The wearin' o' the green, corned beef and cabbage, green beer, shamrocks and leprechauns--they all add up to St. Patrick's Day in most American minds. But are they really Irish traditions?
St. Patrick was born in Wales in around A.D. 385. He spent 30 years converting pagans to Christianity in Ireland and died on March 17, A.D. 461.
In order to explain the Trinity, St. Patrick used the three-leafed shamrock to show how the Father, the Son, and the Holy Spirit could be three separate parts of one entity. His followers started the tradition of wearing a shamrock on his feast day.
One of the legends about St. Patrick is that he drove all of the snakes from Ireland. Since Ireland never had snakes, some believe this is an illustration of his converting the pagans to Christianity.
Ireland is known as the "Emerald Isle" because the plant life there is always green. But wearing green on St. Patrick's Day is an American-made custom.
Corned Beef and Cabbage With Green Beer
In Ireland, the tradition was to eat Irish bacon and cabbage on St. Patrick's Day. When immigrants came to the U.S. around the turn of the twentieth century, however, money was tight, and they substituted the less expensive corned beef for the bacon. Beer was a traditional beverage, however, the green coloring is an American invention.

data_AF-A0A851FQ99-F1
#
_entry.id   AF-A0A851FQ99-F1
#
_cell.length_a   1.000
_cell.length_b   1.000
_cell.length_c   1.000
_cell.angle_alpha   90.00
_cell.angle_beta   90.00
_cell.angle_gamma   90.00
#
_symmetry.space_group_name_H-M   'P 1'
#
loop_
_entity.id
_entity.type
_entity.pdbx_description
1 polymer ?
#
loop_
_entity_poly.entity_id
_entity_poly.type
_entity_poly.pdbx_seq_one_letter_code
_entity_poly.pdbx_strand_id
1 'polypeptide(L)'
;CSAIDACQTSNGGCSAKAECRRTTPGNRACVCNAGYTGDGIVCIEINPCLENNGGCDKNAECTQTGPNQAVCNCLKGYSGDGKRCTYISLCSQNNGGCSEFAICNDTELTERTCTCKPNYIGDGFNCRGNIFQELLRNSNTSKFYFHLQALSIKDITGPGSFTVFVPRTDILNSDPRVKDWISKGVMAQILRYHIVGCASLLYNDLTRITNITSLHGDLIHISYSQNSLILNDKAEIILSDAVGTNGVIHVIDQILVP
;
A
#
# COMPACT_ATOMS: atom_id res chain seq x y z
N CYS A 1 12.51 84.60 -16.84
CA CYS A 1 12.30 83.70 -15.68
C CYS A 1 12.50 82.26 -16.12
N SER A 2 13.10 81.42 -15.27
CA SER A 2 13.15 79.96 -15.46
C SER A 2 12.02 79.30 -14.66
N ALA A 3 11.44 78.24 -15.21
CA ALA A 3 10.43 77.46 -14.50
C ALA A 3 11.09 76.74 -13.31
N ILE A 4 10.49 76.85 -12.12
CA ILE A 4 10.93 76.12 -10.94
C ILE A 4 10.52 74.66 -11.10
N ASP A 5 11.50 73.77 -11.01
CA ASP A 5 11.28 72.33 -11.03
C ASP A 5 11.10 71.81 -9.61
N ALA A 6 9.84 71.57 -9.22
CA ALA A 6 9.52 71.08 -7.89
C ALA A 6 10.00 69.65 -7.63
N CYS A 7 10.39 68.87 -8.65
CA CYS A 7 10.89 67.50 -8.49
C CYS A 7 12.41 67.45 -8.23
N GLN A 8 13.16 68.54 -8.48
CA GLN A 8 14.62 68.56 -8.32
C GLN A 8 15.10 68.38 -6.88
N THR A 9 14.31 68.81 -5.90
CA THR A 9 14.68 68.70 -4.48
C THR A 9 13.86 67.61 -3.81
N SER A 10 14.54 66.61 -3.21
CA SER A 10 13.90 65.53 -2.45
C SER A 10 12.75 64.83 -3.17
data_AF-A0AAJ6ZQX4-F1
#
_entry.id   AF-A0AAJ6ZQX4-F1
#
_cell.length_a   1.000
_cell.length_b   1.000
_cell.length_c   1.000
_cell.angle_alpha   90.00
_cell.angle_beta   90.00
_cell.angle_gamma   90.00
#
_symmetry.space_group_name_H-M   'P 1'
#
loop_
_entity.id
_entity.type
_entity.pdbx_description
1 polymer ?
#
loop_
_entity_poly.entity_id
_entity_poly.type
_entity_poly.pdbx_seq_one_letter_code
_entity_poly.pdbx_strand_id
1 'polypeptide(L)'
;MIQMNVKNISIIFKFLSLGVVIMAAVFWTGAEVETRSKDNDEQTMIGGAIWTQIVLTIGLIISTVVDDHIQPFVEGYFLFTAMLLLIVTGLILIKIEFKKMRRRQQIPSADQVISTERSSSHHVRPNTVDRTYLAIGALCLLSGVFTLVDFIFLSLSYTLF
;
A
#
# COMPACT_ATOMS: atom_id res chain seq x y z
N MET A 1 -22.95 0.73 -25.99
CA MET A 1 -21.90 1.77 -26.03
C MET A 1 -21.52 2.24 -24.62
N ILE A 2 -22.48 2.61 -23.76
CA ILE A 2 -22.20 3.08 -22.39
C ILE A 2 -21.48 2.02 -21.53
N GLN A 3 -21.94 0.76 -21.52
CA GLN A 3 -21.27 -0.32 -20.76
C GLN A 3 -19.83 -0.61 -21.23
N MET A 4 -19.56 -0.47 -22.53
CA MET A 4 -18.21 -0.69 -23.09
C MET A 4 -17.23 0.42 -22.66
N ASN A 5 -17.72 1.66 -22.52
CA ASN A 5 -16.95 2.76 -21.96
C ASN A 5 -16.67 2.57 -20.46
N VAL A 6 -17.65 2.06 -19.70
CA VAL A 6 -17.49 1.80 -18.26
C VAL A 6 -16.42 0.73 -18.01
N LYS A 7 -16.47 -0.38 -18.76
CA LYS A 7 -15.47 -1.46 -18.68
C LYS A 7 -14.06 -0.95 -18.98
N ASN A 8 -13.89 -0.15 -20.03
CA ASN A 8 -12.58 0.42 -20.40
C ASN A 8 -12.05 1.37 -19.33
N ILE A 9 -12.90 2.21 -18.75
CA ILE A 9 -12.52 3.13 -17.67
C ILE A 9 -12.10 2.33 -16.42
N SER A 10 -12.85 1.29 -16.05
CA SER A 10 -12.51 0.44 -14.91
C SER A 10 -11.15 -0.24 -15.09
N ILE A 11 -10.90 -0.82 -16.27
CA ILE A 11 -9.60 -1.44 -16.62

The Irish version of the word "leprechaun," or "lobaircin," means "small-bodied fellow." They are traditionally cranky little men and only minor characters in Irish folklore, with nothing to do with St. Patrick. Thanks to Walt Disney's "Darby O'Gill and the Little People," however, Americans adopted the "friendly" little leprechaun as a symbol of Ireland and St. Patrick's Day.
- St. Patrick's Day
- Symbols and Traditions
About this Author
Chris Carson has been writing professionally since 1988. Specializing in topics such as cats, jewelry, history and English, her articles have appeared in "Best Friends Magazine" and eHow. Carson received her Bachelor of Arts in English from Arizona State University.